The Kiwi Ferns perform the haka.

Kiwi Ferns coach Justin Morgan was left to lament a lack of game management after his side succumbed 28-8 to a committed Jillaroos side which produced a couple of 'special plays' to blow the game open at WIN Stadium.

The Kiwi Ferns enjoyed 75 percent of possession in the opening quarter of the game and mounted plenty of raids but they could not put the finishing touches on their plays.

The Jillaroos weathered the storm and came up with two tries in the space of five minutes to take control.

The home side's third try came from their first trick play of the night as Kirra Dibb kicked from a scrum win on her own side of halfway and Jess Sergis chased it through to score.

They repeated the dose in the second half when captain Ali Brigginshaw kicked from a scrum win for speedster Shakiah Tungai to score.

Both kicks caught the Kiwi Ferns off guard and it led Morgan to highlight the importance of taking key moments when they're on offer.

"I thought they were a couple of special plays," he conceded.

"Unfortunately it bounced into their arms, they're tough to defend, those plays.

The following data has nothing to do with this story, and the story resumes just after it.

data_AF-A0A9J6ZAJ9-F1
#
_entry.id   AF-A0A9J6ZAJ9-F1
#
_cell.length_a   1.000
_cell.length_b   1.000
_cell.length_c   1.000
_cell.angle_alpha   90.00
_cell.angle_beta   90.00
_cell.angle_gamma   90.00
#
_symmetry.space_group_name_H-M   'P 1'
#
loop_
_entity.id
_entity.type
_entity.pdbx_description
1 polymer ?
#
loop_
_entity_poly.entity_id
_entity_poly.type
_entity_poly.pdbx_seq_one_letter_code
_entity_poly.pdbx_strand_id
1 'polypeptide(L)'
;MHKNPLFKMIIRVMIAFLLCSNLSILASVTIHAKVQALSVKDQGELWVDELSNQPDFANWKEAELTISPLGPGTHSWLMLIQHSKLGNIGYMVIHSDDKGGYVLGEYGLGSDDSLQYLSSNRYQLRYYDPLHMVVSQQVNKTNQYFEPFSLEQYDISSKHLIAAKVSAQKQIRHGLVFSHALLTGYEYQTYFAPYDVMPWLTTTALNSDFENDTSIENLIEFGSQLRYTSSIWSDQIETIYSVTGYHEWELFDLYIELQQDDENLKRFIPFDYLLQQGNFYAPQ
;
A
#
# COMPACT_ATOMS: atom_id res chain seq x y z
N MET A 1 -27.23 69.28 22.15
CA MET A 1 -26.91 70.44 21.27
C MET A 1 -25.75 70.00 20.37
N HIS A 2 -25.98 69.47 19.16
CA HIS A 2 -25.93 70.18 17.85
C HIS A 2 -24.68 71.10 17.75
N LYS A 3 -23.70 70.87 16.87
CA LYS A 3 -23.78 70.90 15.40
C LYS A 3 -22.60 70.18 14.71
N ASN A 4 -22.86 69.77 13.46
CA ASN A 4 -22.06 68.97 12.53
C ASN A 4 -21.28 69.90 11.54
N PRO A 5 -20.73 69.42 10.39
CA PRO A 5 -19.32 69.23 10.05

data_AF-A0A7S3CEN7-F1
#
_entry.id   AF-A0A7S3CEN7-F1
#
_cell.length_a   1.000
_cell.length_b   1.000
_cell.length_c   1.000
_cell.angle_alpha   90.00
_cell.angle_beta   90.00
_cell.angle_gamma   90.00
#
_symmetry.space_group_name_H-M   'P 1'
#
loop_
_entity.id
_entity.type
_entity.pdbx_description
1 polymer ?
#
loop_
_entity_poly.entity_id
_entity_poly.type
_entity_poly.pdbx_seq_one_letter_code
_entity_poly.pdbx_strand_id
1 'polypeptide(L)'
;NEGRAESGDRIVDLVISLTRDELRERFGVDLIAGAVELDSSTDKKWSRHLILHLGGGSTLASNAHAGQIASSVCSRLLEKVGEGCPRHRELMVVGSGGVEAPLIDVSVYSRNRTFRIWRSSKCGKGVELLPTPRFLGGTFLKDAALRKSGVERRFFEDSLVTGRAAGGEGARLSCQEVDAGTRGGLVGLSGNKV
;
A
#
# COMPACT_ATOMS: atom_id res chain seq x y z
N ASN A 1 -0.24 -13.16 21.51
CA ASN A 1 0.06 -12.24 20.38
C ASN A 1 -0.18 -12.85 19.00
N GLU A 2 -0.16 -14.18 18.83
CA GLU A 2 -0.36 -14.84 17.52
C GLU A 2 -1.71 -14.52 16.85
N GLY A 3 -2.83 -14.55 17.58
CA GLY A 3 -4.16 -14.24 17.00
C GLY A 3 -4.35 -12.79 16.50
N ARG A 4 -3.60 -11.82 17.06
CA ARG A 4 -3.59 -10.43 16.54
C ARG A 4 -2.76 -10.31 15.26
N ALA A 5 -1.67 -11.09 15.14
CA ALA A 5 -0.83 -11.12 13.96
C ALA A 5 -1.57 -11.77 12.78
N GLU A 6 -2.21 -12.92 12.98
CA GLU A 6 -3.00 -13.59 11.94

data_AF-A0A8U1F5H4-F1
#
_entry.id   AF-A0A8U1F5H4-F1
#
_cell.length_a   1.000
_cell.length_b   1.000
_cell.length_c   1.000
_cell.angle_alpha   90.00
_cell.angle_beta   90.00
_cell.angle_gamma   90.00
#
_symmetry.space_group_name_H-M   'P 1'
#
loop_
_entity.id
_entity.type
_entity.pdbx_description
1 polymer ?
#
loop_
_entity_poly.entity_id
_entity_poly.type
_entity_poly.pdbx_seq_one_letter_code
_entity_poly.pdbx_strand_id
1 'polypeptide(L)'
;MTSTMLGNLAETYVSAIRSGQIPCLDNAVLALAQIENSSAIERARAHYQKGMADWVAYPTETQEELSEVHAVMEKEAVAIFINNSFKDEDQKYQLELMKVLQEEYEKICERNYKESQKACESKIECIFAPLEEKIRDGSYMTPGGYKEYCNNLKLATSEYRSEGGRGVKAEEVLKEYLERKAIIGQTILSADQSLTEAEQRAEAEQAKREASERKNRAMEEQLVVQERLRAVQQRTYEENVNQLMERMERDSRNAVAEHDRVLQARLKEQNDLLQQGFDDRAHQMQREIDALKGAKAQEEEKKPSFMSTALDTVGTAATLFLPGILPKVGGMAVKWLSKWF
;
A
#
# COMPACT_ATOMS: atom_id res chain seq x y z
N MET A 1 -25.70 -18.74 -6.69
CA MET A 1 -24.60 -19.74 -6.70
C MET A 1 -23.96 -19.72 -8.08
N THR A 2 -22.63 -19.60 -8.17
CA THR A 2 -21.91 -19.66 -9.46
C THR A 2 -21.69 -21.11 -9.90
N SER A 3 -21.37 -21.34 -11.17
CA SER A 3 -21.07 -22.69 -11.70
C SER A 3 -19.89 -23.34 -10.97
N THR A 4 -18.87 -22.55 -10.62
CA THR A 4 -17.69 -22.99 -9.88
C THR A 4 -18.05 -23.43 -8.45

"It takes a gutsy team to hand the possession over on play zero. They were good tonight.

"It was a good game of footy, both teams had a crack. The amount of possession we had at the start of the game we couldn't convert it into points.

"You get frustrated when you don't get points but the opposition has a bucket load of energy as well.

"If you get that possession anywhere else in the game you generally score. We'll go away, lick our wounds and get ready for the next one."

Morgan said the Kiwi Ferns' latest 20-point loss shouldn't widen the gap between the two nations after a two-point margin last year.

New Zealand's recent record of defeats in Test matches against the Jillaroos stretches to 2016.

"They're always great battles, I know the scoreline looks like they were dominant on the scoreboard but I thought it was a really good tussle," Morgan said.

He added that players were still learning certain aspects of the game and require further Test matches on the representative calendar to do so.

"You hear the phrase game management a lot of the time - it gets dumped on halfbacks whether it's men or women," Morgan said.

"I think a lot of the girls in both games are learning about that management. 

"The more we play the more they're going to get experience. You can show them on video and simulate it in training but you don't get it until you get out there and feel it."